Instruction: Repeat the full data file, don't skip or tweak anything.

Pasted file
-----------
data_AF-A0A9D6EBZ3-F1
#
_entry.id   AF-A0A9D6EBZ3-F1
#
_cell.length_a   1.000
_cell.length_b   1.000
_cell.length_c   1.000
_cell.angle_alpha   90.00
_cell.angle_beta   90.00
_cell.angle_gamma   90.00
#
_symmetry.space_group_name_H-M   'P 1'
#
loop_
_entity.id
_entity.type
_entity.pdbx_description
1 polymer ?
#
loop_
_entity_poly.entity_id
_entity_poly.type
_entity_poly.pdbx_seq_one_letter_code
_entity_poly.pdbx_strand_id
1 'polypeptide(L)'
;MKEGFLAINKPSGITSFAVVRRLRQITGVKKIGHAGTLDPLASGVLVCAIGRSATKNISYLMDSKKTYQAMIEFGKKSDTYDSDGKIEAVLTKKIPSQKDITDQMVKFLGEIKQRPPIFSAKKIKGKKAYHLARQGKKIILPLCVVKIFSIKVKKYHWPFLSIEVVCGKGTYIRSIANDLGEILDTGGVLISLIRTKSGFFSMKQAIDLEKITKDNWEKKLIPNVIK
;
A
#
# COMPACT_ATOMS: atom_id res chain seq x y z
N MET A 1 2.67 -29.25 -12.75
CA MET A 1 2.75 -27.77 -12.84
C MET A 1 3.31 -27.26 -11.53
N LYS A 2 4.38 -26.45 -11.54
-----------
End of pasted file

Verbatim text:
data_AF-A0A9D6EBZ3-F1
#
_entry.id   AF-A0A9D6EBZ3-F1
#
_cell.length_a   1.000
_cell.length_b   1.000
_cell.length_c   1.000
_cell.angle_alpha   90.00
_cell.angle_beta   90.00
_cell.angle_gamma   90.00
#
_symmetry.space_group_name_H-M   'P 1'
#
loop_
_entity.id
_entity.type
_entity.pdbx_description
1 polymer ?
#
loop_
_entity_poly.entity_id
_entity_poly.type
_entity_poly.pdbx_seq_one_letter_code
_entity_poly.pdbx_strand_id
1 'polypeptide(L)'
;MKEGFLAINKPSGITSFAVVRRLRQITGVKKIGHAGTLDPLASGVLVCAIGRSATKNISYLMDSKKTYQAMIEFGKKSDTYDSDGKIEAVLTKKIPSQKDITDQMVKFLGEIKQRPPIFSAKKIKGKKAYHLARQGKKIILPLCVVKIFSIKVKKYHWPFLSIEVVCGKGTYIRSIANDLGEILDTGGVLISLIRTKSGFFSMKQAIDLEKITKDNWEKKLIPNVIK
;
A
#
# COMPACT_ATOMS: atom_id res chain seq x y z
N MET A 1 2.67 -29.25 -12.75
CA MET A 1 2.75 -27.77 -12.84
C MET A 1 3.31 -27.26 -11.53
N LYS A 2 4.38 -26.45 -11.54